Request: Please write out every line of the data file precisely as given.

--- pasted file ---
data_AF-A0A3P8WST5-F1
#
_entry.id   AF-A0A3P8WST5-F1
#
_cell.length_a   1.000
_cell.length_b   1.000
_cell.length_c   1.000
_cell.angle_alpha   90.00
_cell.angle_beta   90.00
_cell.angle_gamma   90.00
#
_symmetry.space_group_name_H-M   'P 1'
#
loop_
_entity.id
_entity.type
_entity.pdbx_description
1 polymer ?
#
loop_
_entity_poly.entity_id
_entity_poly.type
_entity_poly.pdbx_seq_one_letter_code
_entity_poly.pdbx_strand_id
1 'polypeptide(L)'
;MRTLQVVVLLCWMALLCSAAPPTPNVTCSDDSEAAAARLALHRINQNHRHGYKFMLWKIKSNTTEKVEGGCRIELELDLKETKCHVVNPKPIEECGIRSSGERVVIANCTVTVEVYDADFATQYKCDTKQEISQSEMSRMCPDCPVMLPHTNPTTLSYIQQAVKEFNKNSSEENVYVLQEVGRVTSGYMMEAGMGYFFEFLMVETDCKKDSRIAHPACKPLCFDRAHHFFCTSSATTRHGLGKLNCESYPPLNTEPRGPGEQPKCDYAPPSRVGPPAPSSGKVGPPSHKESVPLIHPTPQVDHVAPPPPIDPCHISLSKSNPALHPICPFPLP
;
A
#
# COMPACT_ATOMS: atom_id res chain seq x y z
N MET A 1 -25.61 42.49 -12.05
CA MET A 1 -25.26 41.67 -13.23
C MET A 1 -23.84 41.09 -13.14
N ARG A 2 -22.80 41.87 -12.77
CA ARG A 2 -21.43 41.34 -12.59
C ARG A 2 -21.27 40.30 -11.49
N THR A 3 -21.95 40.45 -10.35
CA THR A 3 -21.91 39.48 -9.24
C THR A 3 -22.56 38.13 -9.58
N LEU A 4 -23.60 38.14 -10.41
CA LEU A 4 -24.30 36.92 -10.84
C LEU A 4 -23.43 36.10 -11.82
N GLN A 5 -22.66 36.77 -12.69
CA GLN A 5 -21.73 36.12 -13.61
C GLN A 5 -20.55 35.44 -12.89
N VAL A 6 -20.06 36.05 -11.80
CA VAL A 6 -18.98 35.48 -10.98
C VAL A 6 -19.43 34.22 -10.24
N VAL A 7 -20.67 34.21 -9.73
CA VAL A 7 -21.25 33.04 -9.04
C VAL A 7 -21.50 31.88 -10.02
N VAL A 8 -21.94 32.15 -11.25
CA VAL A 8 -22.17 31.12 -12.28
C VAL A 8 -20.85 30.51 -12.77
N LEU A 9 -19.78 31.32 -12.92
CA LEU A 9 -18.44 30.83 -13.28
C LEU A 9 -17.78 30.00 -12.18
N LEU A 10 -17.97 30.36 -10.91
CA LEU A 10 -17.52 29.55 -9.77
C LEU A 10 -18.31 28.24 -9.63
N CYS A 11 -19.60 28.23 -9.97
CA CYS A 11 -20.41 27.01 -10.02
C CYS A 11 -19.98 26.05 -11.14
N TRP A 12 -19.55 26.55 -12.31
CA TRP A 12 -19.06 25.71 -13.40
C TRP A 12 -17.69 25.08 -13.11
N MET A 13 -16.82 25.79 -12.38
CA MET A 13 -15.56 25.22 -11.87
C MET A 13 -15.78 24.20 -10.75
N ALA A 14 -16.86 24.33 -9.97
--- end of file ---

data_AF-A0A3P8WST5-F1
#
_entry.id   AF-A0A3P8WST5-F1
#
_cell.length_a   1.000
_cell.length_b   1.000
_cell.length_c   1.000
_cell.angle_alpha   90.00
_cell.angle_beta   90.00
_cell.angle_gamma   90.00
#
_symmetry.space_group_name_H-M   'P 1'
#
loop_
_entity.id
_entity.type
_entity.pdbx_description
1 polymer ?
#
loop_
_entity_poly.entity_id
_entity_poly.type
_entity_poly.pdbx_seq_one_letter_code
_entity_poly.pdbx_strand_id
1 'polypeptide(L)'
;MRTLQVVVLLCWMALLCSAAPPTPNVTCSDDSEAAAARLALHRINQNHRHGYKFMLWKIKSNTTEKVEGGCRIELELDLKETKCHVVNPKPIEECGIRSSGERVVIANCTVTVEVYDADFATQYKCDTKQEISQSEMSRMCPDCPVMLPHTNPTTLSYIQQAVKEFNKNSSEENVYVLQEVGRVTSGYMMEAGMGYFFEFLMVETDCKKDSRIAHPACKPLCFDRAHHFFCTSSATTRHGLGKLNCESYPPLNTEPRGPGEQPKCDYAPPSRVGPPAPSSGKVGPPSHKESVPLIHPTPQVDHVAPPPPIDPCHISLSKSNPALHPICPFPLP
;
A
#
# COMPACT_ATOMS: atom_id res chain seq x y z
N MET A 1 -25.61 42.49 -12.05
CA MET A 1 -25.26 41.67 -13.23
C MET A 1 -23.84 41.09 -13.14
N ARG A 2 -22.80 41.87 -12.77
CA ARG A 2 -21.43 41.34 -12.59
C ARG A 2 -21.27 40.30 -11.49
N THR A 3 -21.95 40.45 -10.35
CA THR A 3 -21.91 39.48 -9.24
C THR A 3 -22.56 38.13 -9.58
N LEU A 4 -23.60 38.14 -10.41
CA LEU A 4 -24.30 36.92 -10.84
C LEU A 4 -23.43 36.10 -11.82
N GLN A 5 -22.66 36.77 -12.69
CA GLN A 5 -21.73 36.12 -13.61
C GLN A 5 -20.55 35.44 -12.89
N VAL A 6 -20.06 36.05 -11.80
CA VAL A 6 -18.98 35.48 -10.98
C VAL A 6 -19.43 34.22 -10.24
N VAL A 7 -20.67 34.21 -9.73
CA VAL A 7 -21.25 33.04 -9.04
C VAL A 7 -21.50 31.88 -10.02
N VAL A 8 -21.94 32.15 -11.25
CA VAL A 8 -22.17 31.12 -12.28
C VAL A 8 -20.85 30.51 -12.77
N LEU A 9 -19.78 31.32 -12.92
CA LEU A 9 -18.44 30.83 -13.28
C LEU A 9 -17.78 30.00 -12.18
N LEU A 10 -17.97 30.36 -10.91
CA LEU A 10 -17.52 29.55 -9.77
C LEU A 10 -18.31 28.24 -9.63
N CYS A 11 -19.60 28.23 -9.97
CA CYS A 11 -20.41 27.01 -10.02
C CYS A 11 -19.98 26.05 -11.14
N TRP A 12 -19.55 26.55 -12.31
CA TRP A 12 -19.06 25.71 -13.40
C TRP A 12 -17.69 25.08 -13.11
N MET A 13 -16.82 25.79 -12.38
CA MET A 13 -15.56 25.22 -11.87
C MET A 13 -15.78 24.20 -10.75
N ALA A 14 -16.86 24.33 -9.97